Ryan Cohen Takes Stake in Nordstrom; Activist investor plans to urge retailer to refr
Ryan Cohen Takes Stake in Nordstrom; Activist investor plans to urge retailer to refresh its board and replace former Bed Bath & Beyond boss as a director
Thomas, Lauren. Wall Street Journal (Online); New York, N.Y.
Ryan Cohen is now one of Nordstrom's largest nonfamily shareholders.
Activist investor Ryan Cohen is amassing a sizable stake in Nordstrom Inc. and intends to urge the upscale department-store chain to make changes to its board following a steep share-price decline, according to people familiar with the matter.
Mr. Cohen, known for helping ignite big rallies in so-called meme stocks including GameStop Corp., is one of the top-five nonfamily shareholders of Nordstrom, the people said.
Shares of Nordstrom surged 28% to $27 in Friday premarket trading following the Journal's article.
Mr. Cohen, who built his fortune on online pet retailer Chewy Inc., hopes to engage with Nordstrom's management about a targeted board refresh that he believes can support cost-cutting efforts as sales decline, the people said. He has expressed admiration for Nordstrom's attention to customer service, they added.
His goal is to replace at least one director, with a particular focus on former Bed Bath & Beyond Inc. Chief Executive Mark Tritton, who chairs the compensation committee and whom Mr. Cohen views as conflicted and unqualified, the people said.
Before his roles at Bed Bath & Beyond and as chief merchandising officer at Target Corp., Mr. Tritton worked for Nordstrom from 2009 to 2016. Mr. Cohen believes it is inappropriate for Mr. Tritton to be deciding compensation for Nordstrom family members who are executives at the company, given that he used to work around them, the people said. Mr. Tritton has served as a director at Nordstrom since April 2020.
"While Mr. Cohen hasn't sought any discussions with us in several years, we are open to hearing his views, as we do with all Nordstrom shareholders," a Nordstrom spokeswoman said in a statement. "We will continue to take actions that we believe are in the best interests of the company and our shareholders."
Mr. Cohen once had a big stake in Bed Bath & Beyond and pushed for changes during Mr. Tritton's tenure at the home-goods retailer, which may soon file for bankruptcy . Mr. Cohen criticized the company at the time for not aligning leadership compensation with performance.
Mr. Tritton was ousted as Bed Bath & Beyond CEO in June as sales started to drop after a temporary surge in demand for cleaning products and home items lifted the business earlier in the pandemic.
Mr. Cohen cashed out of his position in Bed Bath & Beyond in August, before the shares plummeted, netting a profit of about $60 million , based on an analysis of regulatory filings.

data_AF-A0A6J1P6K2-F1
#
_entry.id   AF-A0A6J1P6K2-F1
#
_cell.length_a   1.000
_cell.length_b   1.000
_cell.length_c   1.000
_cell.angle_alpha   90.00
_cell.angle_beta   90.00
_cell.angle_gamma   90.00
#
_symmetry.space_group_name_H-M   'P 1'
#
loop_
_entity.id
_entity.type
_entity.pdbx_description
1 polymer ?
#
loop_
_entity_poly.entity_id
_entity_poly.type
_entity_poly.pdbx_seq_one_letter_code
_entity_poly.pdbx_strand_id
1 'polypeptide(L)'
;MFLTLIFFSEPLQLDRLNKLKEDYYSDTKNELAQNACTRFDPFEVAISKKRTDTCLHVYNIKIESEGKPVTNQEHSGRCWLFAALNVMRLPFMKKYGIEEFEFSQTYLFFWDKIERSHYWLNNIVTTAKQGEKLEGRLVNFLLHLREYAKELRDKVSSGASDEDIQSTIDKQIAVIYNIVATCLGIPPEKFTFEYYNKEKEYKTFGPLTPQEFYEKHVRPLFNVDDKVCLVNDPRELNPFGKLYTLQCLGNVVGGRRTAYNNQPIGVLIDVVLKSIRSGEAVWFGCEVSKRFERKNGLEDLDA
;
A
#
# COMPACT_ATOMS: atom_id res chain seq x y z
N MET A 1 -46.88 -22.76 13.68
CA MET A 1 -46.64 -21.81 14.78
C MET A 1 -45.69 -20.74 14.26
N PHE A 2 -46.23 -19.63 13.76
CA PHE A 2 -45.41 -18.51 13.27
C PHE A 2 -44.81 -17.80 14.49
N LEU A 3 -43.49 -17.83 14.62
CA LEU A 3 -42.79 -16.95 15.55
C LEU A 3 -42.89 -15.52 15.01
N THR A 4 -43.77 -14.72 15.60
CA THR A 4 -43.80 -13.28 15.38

Mr. Cohen has recruited a pair of director candidates, who have held senior-executive roles at major retail and e-commerce companies, that he could potentially nominate to Nordstrom's board, the people said. His goal is to strike a deal with the company through private negotiations, they said. Nordstrom's window for director nominations ahead of its annual meeting opened on Jan. 18 and closes Feb. 17, according to proxy materials.
As of March 11, 2022, members of the Nordstrom family together beneficially owned roughly 30% of the company's common stock, according to an annual filing —which means that effecting change would be difficult without their support. Erik Nordstrom serves as the company's chief executive and his brother Peter is president and chief brand officer. Both men are also directors.
Mr. Cohen previously traveled to Seattle, where the company is based, to meet with members of the family and learn more about the business, the people said.
Nordstrom, like other department-store chains and specialty-apparel retailers, has been walloped by supply-chain challenges that persisted for much of the Covid-19 pandemic. It has also had to manage changing consumer preferences . Its shares, after briefly surging earlier in the pandemic, resumed a multiyear slide and currently change hands for about $21 apiece, down from a 2015 high of more than $80. Nordstrom's market value has shrunk to about $3.4 billion.
Nordstrom in January reported declining holiday sales as shoppers kept a tighter grip on their wallets. Sales during the nine weeks that ended Dec. 31 declined 3.5% from a year earlier, leading the company to say its full-year forecast would be on the low end of a previous range.
Like many retailers, Nordstrom has also been grappling lately with bloated inventory levels as supply and demand fluctuates, prompting the company to take a more aggressive approach to discounting in the final weeks of 2022. Nordstrom has said it anticipates year-end inventory levels to be down by a double-digit percentage compared with last year and roughly on par with 2019 levels.
The company is set to report its fiscal fourth-quarter and full-year results on March 2, according to its website.
In early January, Nordstrom appointed Atticus Tysen, chief information security and fraud prevention officer for Intuit Inc., to its board, which now numbers 10 directors.
Nordstrom Chief Merchandising Officer Teri Bariquit announced her retirement in January, after Chief Financial Officer Anne Bramman stepped down from her role in December.
Nordstrom last year adopted a so-called poison pill to prevent outsiders from boosting their stake in the business, after a Mexican company acquired a 9.9% stake .
The Nordstrom family offered to take the company private in 2017 for about $50 a share but abandoned the transaction after it had difficulty securing financing.
There has been a surge in shareholder activism lately, as the investors find opportunities in beaten-down shares of companies with cost structures seen as bloated and other challenges.
|return to message board, top of board|